It was not that long ago that when a child came into our clinic, and was not able to see the board clearly at school, we simply told the parent that we could only be passive observers and that changes would likely continue until full maturity was reached, and the eye stopped growing. (about 18 to 20 years old).
With advances in research, we now have a better understanding about myopia, and how to slow down, or in some cases, stop changes from causing worsening of a child’s vision.
WHAT IS MYOPIA?
Myopia (nearsightedness) is a vision defect where the patient is able to see objects close to them, but distance objects appear out of focus. This happens when the eye is too long in length, and typically keeps expanding until physical growth stops.
PREVENTION AND LIFESTYLE
Parents often ask if myopia can be avoided in their children. To answer that question, we often ask the parent if their child is more of a homebody, or does the child spend a large part of the day outside. The key to prevention in this case is the sun……. quite literally. According to many sources, but summarized in the Journal of Eye Diseases and Disorders, we present the following summary:
Children should be encouraged to engage in outdoor activities for at least 1-2 hours per day since significant protection could be achieved with about 40 to 80 minutes of outdoor activity in randomized intervention trials. Since repeated cycles of exposure to bright light offers higher protection against myopia onset frequent regular outdoor activities is recommended along with appropriate sun protection measures such as wearing a wide-brimmed hat, wrap-around sunglasses, sunscreen and adequate.
Once a child has become myopic, the influence of sunlight is much less a factor, if a factor at all. In our clinic we believe that any amount of myopia is too much. Not because the child does not see clearly, but because of the increased risk of eye disease with increasing myopia.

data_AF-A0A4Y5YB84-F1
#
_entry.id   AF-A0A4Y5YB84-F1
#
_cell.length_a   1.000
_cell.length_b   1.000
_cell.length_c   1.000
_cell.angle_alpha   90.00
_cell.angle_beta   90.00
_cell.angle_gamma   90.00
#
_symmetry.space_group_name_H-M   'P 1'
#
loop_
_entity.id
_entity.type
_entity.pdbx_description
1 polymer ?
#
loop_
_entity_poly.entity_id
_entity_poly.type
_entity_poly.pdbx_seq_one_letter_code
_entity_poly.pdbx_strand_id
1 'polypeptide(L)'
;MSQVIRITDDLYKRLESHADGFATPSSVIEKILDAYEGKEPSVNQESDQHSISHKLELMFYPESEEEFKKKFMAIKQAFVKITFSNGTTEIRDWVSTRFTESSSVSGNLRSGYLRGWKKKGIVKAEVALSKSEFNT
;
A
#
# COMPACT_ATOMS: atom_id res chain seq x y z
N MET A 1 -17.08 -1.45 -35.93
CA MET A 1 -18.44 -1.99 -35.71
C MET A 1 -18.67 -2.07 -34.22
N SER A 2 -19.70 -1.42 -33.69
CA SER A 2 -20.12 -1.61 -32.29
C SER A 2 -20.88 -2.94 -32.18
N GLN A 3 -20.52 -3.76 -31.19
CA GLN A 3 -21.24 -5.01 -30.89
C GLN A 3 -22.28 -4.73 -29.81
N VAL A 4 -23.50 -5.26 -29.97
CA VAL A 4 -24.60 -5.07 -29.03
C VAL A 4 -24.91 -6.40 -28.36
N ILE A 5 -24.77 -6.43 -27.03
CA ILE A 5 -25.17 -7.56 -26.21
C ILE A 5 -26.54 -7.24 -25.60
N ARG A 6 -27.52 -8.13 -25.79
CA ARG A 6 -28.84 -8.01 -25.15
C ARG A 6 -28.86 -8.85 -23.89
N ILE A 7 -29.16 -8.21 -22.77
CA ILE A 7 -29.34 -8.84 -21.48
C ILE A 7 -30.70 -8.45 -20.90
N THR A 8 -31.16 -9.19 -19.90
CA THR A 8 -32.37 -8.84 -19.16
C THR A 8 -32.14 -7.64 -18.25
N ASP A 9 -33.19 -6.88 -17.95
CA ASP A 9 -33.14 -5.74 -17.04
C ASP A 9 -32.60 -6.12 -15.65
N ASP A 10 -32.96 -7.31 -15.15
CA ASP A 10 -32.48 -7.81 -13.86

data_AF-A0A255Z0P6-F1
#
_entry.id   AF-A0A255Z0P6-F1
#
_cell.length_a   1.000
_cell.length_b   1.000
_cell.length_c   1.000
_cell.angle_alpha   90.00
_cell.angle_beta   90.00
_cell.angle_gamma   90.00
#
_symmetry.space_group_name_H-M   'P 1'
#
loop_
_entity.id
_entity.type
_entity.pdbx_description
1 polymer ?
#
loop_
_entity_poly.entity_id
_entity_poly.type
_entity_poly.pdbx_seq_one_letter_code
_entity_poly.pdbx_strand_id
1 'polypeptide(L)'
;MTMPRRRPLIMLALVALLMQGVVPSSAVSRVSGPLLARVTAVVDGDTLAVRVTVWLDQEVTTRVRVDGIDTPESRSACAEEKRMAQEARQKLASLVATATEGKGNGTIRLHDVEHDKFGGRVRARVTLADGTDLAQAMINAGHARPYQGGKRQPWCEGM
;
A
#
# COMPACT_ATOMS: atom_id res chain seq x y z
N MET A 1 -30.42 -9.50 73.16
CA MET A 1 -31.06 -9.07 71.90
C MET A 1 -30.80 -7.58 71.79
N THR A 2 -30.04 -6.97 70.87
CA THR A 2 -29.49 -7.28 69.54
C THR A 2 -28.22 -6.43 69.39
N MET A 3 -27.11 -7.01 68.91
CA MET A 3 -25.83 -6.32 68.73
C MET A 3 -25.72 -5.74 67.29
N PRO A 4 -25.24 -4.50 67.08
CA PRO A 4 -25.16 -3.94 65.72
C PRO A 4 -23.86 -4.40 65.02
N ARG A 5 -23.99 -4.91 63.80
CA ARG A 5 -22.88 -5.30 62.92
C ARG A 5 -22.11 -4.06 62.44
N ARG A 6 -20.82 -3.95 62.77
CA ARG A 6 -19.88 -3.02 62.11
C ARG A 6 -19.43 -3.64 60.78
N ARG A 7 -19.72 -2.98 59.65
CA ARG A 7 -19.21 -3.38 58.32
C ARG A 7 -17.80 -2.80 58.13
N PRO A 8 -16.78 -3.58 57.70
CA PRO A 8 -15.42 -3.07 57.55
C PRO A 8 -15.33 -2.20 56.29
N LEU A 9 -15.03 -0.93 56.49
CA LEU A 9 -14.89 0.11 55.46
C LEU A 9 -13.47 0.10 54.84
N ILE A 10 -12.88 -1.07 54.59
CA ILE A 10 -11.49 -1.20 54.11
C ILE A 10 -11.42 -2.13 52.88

We pride ourselves on the number of children who we have successfully implemented a plan to control their progressing myopia.
There are three main approaches in controlling myopic changes in children
PERIPHERAL-DEFOCUS EYEGLASS LENSES
CONTACT LENSES THAT CORRECT FOR HYPEROPIC DEFOCUS (OVERNIGHT OR SOFT MULTIFOCAL
We would like to emphasize that controlling myopia goes far beyond buying a pair of contact lenses or glasses. It is a carefully selected program, chosen for the myopic patient using the tools that are available to us to achieve our end goal of enhancing vision and preserving the health of the eye.
Children who are enrolled in the program are seen a minimum of every 3 months, and measurements of vision are taken, as well as monitoring the expansion of the eye by measuring the axial length of the eye with an advanced piece of equipment called a biometer. To evaluate the success of the myopia control program for any child, their myopia must be watched carefully, as well as monitoring any change in the length of the eye.
Remember that a child’s eye measures approximately 23 millimeters, and that a change of 1 millimeter is the equivalent of 3 diopters of increased myopia!
Need more information? We kindly refer you to an excellent, comprehensive website that is a great resource for parents and children, see myopiatoronto.com
Arrange an appointment for a myopia consultation
1243 Islington Ave. Suite 905